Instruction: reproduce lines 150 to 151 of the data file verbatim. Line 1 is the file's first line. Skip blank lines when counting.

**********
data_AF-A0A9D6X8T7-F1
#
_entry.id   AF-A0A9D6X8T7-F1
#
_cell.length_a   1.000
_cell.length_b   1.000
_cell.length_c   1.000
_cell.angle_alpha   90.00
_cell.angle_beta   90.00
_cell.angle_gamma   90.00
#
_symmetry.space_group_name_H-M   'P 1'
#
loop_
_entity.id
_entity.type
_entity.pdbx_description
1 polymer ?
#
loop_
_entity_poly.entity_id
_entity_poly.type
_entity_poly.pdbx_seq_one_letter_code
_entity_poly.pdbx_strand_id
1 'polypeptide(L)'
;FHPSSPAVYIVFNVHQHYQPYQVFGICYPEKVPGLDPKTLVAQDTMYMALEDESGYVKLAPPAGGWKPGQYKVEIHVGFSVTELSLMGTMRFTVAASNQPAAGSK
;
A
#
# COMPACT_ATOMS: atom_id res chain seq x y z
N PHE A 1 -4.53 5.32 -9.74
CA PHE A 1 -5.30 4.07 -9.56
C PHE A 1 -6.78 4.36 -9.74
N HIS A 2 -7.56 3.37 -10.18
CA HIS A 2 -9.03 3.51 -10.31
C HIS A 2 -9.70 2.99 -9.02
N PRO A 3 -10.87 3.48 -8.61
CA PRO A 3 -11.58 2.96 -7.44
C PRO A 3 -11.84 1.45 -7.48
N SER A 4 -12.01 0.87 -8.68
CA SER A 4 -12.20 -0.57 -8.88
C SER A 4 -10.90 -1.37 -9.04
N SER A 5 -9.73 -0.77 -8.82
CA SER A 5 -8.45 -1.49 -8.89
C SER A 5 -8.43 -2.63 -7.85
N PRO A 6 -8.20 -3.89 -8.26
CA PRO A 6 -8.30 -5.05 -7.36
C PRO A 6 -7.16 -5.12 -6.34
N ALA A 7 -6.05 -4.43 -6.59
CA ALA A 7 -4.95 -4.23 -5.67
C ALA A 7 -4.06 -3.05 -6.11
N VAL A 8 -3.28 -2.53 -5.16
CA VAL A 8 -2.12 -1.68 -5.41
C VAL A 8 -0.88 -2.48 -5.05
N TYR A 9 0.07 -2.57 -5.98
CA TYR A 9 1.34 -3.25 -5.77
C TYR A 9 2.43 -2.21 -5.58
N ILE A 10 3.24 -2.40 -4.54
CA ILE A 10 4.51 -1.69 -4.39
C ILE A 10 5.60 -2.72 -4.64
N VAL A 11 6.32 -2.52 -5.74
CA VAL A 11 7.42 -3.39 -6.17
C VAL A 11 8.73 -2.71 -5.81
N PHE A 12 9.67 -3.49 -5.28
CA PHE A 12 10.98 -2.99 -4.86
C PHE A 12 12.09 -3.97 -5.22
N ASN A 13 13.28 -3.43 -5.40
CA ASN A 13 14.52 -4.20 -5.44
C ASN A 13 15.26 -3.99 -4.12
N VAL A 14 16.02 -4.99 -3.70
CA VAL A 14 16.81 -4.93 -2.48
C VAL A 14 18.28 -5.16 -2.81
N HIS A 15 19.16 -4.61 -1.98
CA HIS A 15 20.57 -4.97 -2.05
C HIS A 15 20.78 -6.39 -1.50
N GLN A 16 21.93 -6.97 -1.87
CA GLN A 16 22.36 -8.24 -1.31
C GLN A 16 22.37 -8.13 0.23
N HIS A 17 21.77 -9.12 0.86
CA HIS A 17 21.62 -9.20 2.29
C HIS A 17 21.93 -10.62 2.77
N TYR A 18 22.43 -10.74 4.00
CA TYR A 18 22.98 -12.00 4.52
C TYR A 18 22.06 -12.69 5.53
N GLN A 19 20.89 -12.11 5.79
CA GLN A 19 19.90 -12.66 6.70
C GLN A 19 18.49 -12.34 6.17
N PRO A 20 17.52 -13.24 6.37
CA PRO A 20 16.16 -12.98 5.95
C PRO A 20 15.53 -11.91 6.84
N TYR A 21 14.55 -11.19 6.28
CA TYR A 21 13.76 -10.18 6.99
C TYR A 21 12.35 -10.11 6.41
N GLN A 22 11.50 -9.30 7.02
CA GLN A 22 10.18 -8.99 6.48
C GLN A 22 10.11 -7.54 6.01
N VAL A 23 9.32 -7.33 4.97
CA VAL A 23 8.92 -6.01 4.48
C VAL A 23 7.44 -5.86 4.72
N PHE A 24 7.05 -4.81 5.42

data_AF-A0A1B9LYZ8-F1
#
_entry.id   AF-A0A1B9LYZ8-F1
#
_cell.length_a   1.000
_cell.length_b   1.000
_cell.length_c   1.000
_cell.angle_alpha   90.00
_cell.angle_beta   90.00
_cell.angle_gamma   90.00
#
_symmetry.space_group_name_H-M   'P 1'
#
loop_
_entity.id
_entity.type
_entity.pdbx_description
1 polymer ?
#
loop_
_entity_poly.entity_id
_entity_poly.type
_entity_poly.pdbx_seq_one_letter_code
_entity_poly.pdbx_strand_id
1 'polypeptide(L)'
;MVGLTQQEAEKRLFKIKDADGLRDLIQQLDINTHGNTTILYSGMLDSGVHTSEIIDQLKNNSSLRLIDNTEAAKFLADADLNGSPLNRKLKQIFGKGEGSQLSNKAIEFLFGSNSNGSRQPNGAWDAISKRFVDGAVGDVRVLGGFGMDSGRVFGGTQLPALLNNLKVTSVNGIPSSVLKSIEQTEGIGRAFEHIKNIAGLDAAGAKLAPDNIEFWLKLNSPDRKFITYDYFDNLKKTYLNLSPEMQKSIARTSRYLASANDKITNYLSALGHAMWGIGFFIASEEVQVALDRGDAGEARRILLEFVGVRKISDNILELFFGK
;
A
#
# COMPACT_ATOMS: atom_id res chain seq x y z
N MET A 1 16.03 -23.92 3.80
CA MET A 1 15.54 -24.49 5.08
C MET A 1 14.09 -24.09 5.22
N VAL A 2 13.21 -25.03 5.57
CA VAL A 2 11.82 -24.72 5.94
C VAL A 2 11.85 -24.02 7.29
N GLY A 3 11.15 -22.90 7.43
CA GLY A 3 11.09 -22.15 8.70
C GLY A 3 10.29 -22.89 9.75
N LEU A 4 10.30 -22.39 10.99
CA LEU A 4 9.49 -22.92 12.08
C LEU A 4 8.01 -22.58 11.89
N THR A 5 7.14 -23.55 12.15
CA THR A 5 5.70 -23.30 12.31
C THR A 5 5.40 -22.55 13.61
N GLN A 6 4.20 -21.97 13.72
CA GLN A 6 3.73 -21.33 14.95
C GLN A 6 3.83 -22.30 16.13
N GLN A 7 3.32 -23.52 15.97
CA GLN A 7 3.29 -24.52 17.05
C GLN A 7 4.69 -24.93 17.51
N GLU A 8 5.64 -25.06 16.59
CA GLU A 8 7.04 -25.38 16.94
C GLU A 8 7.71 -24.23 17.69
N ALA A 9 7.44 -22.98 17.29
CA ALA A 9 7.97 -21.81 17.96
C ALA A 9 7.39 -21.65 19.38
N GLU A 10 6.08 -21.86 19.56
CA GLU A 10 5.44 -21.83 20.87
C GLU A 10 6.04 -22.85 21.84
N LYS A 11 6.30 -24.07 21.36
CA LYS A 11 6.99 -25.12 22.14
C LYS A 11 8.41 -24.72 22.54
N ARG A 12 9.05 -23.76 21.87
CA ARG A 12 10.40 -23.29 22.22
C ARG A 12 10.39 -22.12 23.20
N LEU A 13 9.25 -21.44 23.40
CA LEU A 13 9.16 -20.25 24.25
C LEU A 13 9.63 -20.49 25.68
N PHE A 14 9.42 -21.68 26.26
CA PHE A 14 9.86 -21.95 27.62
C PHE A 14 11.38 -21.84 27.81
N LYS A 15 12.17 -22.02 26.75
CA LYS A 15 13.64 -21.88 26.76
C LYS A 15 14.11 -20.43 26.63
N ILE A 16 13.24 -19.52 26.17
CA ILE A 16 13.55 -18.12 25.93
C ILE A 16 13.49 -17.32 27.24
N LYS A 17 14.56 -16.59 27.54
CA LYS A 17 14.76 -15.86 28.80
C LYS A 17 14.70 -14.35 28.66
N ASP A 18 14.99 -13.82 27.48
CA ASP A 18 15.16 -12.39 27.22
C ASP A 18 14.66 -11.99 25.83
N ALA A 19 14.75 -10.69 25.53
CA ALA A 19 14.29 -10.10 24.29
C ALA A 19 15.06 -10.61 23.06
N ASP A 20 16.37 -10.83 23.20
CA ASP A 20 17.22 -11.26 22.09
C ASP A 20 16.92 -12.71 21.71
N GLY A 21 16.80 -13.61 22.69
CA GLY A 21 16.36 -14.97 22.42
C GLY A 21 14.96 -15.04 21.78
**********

CA GLN A 7 3.29 -24.52 17.05
C GLN A 7 4.69 -24.93 17.51